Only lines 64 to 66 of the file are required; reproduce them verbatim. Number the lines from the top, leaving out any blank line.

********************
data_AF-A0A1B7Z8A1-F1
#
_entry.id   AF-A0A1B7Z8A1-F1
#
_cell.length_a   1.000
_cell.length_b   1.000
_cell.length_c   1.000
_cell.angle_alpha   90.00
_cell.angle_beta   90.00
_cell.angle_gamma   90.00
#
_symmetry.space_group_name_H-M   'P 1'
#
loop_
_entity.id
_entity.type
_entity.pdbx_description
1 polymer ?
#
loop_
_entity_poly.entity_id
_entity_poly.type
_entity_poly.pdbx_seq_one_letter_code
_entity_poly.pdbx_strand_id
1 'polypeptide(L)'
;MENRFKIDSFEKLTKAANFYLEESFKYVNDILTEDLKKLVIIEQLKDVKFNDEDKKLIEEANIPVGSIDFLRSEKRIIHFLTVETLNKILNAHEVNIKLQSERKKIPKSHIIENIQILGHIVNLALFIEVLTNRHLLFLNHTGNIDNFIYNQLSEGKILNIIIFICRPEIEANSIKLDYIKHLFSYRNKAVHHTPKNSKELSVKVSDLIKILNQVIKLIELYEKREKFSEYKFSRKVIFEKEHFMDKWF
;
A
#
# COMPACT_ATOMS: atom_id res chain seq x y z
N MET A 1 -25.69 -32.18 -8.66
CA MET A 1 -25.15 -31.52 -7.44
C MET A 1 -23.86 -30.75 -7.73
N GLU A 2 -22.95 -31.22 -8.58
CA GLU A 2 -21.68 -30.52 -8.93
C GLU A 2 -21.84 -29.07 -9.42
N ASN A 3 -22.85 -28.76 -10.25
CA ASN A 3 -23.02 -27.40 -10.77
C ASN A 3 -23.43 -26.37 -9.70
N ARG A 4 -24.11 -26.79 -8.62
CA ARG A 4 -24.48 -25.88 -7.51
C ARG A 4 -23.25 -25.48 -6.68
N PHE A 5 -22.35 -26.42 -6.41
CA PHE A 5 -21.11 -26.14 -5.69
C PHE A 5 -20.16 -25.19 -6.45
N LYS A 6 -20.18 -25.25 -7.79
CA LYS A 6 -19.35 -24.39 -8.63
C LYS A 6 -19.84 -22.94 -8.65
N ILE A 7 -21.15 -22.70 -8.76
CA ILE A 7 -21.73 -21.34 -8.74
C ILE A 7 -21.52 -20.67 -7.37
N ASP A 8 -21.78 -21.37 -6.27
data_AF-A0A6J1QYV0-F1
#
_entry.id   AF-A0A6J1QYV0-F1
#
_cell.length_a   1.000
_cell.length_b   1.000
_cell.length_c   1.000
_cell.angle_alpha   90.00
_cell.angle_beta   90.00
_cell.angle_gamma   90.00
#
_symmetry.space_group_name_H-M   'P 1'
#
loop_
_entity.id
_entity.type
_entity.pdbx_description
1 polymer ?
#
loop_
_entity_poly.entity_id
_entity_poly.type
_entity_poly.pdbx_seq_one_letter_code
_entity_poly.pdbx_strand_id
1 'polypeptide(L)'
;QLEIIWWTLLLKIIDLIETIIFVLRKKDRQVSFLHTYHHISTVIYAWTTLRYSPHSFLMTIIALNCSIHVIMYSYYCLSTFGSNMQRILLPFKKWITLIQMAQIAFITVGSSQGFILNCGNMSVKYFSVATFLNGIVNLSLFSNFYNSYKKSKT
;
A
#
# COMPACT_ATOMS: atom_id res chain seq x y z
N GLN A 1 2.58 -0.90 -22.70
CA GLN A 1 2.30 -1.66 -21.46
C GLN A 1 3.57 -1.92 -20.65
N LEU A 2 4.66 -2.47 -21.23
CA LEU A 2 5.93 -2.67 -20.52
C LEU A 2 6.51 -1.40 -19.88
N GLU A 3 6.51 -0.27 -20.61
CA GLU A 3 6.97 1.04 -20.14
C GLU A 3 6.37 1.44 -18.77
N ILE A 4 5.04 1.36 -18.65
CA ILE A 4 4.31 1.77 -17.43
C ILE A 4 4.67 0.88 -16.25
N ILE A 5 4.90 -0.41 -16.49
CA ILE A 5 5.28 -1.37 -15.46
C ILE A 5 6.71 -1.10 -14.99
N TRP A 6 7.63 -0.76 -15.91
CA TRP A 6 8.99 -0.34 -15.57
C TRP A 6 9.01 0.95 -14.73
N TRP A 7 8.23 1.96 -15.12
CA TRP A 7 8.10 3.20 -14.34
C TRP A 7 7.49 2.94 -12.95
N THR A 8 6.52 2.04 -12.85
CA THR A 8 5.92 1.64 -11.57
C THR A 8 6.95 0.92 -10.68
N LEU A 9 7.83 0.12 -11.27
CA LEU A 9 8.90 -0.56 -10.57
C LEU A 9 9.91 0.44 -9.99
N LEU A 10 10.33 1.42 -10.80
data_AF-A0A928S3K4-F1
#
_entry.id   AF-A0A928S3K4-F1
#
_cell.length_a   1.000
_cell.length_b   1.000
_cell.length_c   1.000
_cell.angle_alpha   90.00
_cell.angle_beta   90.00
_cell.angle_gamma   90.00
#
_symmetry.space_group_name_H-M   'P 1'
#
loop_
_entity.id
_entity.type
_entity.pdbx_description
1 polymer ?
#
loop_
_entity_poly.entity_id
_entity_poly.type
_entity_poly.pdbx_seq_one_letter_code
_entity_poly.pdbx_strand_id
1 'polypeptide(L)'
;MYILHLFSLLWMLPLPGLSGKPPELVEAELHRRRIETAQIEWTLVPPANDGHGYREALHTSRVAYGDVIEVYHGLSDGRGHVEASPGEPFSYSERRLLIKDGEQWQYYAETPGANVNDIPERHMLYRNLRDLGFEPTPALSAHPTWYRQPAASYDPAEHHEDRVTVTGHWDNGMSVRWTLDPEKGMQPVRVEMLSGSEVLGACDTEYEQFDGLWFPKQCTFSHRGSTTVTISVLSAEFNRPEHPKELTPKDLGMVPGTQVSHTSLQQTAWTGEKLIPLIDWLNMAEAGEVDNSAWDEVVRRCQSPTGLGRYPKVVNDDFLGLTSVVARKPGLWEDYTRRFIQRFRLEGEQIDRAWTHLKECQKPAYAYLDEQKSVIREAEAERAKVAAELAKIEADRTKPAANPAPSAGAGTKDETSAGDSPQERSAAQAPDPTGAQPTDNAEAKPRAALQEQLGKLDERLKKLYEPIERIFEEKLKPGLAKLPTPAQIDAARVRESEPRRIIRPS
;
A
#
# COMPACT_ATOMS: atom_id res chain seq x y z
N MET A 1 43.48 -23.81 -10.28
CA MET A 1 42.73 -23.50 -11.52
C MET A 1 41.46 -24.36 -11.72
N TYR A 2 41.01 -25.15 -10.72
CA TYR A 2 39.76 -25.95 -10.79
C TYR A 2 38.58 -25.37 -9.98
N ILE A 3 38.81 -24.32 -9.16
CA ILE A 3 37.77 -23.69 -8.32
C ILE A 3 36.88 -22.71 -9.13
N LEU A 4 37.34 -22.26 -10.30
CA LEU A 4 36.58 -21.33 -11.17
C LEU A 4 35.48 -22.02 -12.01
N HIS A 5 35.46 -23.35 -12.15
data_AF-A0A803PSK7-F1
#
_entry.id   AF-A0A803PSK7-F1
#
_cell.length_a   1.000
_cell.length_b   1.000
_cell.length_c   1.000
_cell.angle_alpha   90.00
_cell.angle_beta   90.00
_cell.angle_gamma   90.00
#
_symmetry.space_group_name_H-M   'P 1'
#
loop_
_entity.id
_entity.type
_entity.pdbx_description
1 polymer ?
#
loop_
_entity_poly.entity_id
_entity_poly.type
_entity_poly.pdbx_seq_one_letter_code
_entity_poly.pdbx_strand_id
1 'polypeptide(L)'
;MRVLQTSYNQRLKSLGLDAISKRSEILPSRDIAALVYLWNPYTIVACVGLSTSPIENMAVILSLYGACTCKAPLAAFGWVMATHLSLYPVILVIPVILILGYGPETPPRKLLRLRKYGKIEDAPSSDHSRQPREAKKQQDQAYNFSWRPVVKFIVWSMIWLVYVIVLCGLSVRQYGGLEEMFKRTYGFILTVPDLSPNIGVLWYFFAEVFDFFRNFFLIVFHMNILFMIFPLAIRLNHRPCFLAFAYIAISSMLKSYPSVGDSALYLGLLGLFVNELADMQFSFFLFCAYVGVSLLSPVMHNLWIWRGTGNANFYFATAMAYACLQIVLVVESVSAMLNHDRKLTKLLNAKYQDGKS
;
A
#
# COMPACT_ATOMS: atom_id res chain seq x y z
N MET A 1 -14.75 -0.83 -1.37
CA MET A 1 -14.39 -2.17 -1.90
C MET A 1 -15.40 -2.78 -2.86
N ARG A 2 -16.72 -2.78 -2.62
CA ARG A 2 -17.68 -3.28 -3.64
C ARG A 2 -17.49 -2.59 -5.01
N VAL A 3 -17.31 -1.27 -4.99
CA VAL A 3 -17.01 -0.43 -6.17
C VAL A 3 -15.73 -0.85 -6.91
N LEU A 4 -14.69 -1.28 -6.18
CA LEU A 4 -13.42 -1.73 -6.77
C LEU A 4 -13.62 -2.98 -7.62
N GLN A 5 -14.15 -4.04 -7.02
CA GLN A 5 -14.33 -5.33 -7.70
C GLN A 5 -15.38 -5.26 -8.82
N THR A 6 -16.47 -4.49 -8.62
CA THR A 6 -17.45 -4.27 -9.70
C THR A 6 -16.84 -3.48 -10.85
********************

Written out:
_symmetry.space_group_name_H-M   'P 1'
#
loop_